Important Longevity To Dos for Your 70s

Important Longevity To-Dos for Your 70s

People’s health in their 70s varies a lot. Some people are completely healthy while others have multiple illnesses. No matter what your condition, there is a lot you can do to improve your health, prevent illnesses and keep your brain sharp.

Here is a list of longevity to-dos that will have you feeling better and living longer. Pick one or two a month and make some progress.

Live With Purpose

One of the things in common about the world’s longest-lived people is that they have a strong sense of purpose as they grow older. Much of this is because of the role of elders in traditional culture. Unlike in the United States, older people are respected and looked up to for wisdom and advice. We have a challenge in this regard. Your job is to find a way to feel a strong sense of purpose in your life, despite the messages our culture send about aging. Religion, family, volunteering and more can help you continue to feel connected and needed.


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Maintain Healthy Sleep Habits

There is a myth that older people need less sleep. This is simply not true. Older people need the same amount of sleep as young adults: 7-9 hours a night. The challenge is that health conditions, medications and poor habits make it difficult for older people to get the sleep they need.

Take time in your 70s to make your sleep habits a priority. Avoid strange hours, long naps and watching TV in bed. Be sure to get out in the daylight every day, and exercise to get your body moving. With good sleep habits, you should be able to get enough sleep and have plenty of energy throughout your day.

Avoid Falls

Falls are a common source of injuries and disabilities as we age. Be sure to be on top of fall prevention. Make a habit of using handrails and start a program to keep your balance skills sharp. Take time to assess the potential fall risks in your house. Be sure that all your stairs are clearly visible, all your railings are firmly attached and that you avoid any risky behavior (especially getting in and out of the bath tub). Take falls seriously.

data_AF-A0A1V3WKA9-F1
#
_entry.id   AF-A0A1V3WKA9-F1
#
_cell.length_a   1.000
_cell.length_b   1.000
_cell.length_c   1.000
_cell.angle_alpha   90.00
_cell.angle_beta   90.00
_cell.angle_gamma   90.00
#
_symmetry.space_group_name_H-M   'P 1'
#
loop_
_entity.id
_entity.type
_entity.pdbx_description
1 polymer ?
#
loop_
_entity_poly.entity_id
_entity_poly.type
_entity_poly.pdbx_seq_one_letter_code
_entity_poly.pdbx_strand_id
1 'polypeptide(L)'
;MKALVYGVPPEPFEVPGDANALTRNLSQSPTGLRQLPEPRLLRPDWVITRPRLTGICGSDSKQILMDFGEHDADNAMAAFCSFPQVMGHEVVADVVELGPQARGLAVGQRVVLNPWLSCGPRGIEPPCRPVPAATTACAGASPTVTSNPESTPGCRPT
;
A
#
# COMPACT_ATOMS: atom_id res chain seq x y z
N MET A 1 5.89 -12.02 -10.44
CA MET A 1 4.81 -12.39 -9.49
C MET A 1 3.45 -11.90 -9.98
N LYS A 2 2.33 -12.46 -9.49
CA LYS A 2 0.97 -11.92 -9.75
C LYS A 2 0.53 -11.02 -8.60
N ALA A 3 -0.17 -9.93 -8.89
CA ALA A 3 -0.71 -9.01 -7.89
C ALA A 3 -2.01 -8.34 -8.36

Engage Your Brain

Your brain needs exercise. It thrives on puzzles, new experiences and making connections. Don’t let your brain go on retirement. Be sure that you find things that interest you, that make you curious and that challenge your brain. You can start with puzzles (crosswords and Sudoku) and then move to even more challenging things (like learning a new language or reading about a science topic). Once something becomes routine and the sense of discovery wears off, you should move to something new.

Exercise to Feel Great and Live Long

Exercise doesn’t only help keep the weight off and build muscle — it can also help you feel great and live longer. Your body is built to be active. Be sure that it gets moving every day. Going for walks, joining group exercise classes and other activities can keep you healthy, energized and even help you sleep better. Give your body what it wants: exercise.

Embrace Aging

Your attitude toward aging could help you live longer. Researchers studied over 600 people and found that people with a positive attitude toward aging lived up to 7.5 years longer than the negative agers. What did these people find good about aging? Control of time, relaxation, wisdom, spiritual growth and more. What do you find good about aging? Answering that question could help you live a longer and healthier life.

Eat Fruits and Vegetables

It’s simple: the more fruits and vegetables you eat, the healthier you are. Focus on that for your eating plans: more fruits and vegetables.

Study after study shows the cholesterol-reducing, cancer-fighting benefits of eating plants. Add 2 servings of fruits and vegetables to your day (add an apple and double your portions at dinner).

Understand Your Health

Research shows that not understanding your medications and medical care can lead to an increase in your risk of death — an increase of 52% over a 6-year period. Be sure to fully understand how and when to take your medications (and with what). Also, be sure you know when your appointments are, what tests need to be done and more. When in doubt, always ask questions. Keep a calendar with everything written down. It is also a good idea to bring a family member or friend to your appointments to help you listen, understand and ask questions.